Flooding from Hurricane Harvey disabled the refrigeration system at the Arkema chemical plant in Crosby, TX, August 29.
That flooding at the facility, which manufactures organic peroxides, helped lead to a series of explosions at the facility.After the devastation brought on by the explosions, the Chemical Safety Board (CSB) initiated an investigation.
Initial photos of the site released by the CSB showed the devastation that occurred at the flooded plant. Along those lines, the CSB just released an animated video showing just what happened in the hours leading up to the blasts.
The following day, August 30, with flooding continuing, officials ordered people within a 1.5 mile radius of the facility to evacuate. As the temperatures in the trailers containing the chemicals increased, the peroxides spontaneously combusted on August 31. Officials ignited the remaining trailers, on Sunday, September 3. The evacuation zone was lifted on September 4.
The goal of the CSB’s investigation was to gain an understanding of the following areas:
• Chemical process used at the Crosby site
• Specific chemicals stored, used and produced onsite
• Implications for emergency preparedness and response efforts
After the plant ended up flooded and generators swamped in six feet of water, it became a matter of time before the non-refrigerated chemicals would catch fire and explode.
The plant was storing organic peroxides, which explode or burst into flames if they are not refrigerated.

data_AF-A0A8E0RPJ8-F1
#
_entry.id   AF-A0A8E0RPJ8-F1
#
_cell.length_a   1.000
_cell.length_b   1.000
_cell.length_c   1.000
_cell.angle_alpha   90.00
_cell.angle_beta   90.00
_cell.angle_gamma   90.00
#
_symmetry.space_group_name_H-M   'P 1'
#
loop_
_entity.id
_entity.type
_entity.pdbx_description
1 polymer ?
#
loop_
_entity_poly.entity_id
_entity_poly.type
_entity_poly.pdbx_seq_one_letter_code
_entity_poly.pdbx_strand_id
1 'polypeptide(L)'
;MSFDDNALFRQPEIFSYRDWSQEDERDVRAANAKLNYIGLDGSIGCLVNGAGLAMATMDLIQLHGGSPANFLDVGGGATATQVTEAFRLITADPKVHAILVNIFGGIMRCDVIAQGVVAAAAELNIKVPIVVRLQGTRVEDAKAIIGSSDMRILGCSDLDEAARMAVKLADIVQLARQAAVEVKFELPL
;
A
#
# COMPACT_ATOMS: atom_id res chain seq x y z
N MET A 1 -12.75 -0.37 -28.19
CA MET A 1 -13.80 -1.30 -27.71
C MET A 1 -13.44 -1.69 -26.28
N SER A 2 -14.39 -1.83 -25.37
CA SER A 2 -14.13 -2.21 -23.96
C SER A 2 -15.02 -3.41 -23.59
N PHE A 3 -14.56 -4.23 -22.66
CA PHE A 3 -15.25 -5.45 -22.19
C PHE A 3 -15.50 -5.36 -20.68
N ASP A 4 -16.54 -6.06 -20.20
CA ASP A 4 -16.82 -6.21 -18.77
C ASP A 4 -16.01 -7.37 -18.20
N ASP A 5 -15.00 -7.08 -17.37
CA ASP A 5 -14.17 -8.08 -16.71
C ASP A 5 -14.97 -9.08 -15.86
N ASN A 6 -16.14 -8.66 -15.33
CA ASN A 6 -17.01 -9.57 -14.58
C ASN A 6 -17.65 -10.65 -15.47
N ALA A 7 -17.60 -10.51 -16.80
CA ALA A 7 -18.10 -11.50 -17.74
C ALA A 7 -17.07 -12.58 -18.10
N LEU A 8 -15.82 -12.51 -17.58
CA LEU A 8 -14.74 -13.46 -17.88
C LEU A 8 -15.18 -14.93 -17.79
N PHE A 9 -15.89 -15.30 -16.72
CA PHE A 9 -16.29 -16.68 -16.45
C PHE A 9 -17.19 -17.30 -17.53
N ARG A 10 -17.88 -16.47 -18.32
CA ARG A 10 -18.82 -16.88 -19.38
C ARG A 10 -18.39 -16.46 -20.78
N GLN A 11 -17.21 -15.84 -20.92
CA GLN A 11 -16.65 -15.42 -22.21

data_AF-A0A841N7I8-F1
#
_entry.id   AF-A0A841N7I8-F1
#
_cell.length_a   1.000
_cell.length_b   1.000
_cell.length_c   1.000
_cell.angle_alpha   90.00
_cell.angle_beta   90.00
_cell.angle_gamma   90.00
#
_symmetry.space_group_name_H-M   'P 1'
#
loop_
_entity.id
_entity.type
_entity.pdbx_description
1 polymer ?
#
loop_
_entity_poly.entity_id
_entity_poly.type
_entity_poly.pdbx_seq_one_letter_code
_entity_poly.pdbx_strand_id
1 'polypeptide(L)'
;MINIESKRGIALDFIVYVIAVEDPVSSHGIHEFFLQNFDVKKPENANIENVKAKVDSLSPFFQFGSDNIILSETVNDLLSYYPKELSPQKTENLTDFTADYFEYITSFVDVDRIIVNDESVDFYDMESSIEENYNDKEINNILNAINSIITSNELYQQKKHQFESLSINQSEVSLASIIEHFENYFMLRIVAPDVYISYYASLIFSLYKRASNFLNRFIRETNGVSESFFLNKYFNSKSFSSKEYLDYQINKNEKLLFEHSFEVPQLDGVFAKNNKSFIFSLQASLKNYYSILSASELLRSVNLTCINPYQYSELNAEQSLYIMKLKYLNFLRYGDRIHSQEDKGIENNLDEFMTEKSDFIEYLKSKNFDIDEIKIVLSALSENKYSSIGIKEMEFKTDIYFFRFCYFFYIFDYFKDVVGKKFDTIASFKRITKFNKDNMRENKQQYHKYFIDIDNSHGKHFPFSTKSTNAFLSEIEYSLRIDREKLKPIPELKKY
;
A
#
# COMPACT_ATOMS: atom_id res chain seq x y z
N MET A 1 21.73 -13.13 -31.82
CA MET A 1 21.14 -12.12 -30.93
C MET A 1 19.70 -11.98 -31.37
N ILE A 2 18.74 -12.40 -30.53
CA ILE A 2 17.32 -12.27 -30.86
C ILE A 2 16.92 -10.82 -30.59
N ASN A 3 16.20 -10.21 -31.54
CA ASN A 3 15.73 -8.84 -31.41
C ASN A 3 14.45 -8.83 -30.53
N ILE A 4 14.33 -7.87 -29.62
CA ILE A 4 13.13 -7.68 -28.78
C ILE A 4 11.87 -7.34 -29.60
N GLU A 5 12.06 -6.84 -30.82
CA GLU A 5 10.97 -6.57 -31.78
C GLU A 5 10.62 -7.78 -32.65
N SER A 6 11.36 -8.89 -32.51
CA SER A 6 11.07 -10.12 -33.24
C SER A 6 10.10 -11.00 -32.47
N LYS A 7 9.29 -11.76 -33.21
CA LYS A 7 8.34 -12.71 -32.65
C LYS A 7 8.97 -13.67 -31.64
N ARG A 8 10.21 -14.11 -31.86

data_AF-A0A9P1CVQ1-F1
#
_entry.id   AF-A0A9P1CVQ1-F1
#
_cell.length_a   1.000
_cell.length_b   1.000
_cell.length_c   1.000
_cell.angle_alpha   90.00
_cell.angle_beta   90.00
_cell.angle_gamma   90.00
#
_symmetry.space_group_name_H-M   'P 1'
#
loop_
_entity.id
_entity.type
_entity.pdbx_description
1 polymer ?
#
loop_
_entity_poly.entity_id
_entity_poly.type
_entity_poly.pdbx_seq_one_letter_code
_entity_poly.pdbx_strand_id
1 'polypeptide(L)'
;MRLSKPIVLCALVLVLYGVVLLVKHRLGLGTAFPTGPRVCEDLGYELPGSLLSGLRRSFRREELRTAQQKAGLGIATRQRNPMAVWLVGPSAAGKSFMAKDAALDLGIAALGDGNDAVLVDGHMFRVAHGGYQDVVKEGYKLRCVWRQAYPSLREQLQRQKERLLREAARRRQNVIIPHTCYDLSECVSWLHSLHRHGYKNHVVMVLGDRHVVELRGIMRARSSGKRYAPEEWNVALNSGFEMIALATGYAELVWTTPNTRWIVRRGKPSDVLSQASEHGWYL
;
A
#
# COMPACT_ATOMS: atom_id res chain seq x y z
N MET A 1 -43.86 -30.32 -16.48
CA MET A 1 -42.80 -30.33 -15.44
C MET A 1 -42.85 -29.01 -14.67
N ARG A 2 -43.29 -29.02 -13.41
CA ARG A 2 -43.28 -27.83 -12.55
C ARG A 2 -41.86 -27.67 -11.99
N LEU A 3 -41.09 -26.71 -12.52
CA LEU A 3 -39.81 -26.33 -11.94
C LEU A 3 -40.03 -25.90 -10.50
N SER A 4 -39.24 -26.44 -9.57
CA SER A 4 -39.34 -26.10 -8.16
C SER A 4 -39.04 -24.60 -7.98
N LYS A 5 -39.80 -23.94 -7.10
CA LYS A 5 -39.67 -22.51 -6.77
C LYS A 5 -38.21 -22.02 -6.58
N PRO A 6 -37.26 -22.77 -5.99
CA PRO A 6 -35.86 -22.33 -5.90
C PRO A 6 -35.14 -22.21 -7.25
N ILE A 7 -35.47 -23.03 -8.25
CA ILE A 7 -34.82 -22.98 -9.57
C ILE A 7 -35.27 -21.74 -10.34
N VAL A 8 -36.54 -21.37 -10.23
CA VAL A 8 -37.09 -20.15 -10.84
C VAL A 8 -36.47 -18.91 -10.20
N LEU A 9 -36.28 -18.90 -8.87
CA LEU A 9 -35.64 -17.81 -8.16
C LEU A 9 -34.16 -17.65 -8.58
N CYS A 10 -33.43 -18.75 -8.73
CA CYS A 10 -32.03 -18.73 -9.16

The plant’s multiple diesel generators that were a back-up to keep the units refrigerated had been placed on concrete pads that varied slightly, but which were roughly two feet high, which was not enough to ward off the six feet of flood waters, CSB officials said.
When it became apparent the plant was having serious problems, emergency officials issued an evacuation order for residents to stay at least 1.5 miles from the plant. The company then evacuated its employees when it became apparent the chemicals were going to explode.
After the fires, a group of first responders assigned to monitor the 1.5-mile evacuation area filed suit saying they had been unprepared for the wave of smoke that had left them vomiting and gasping for air.
In their lawsuit, the responders said Arkema downplayed the dangers of exposure to the fire and failed to adequately warn responders to move farther away from the fumes after the first of nine trailers full of volatile organic peroxide caught fire.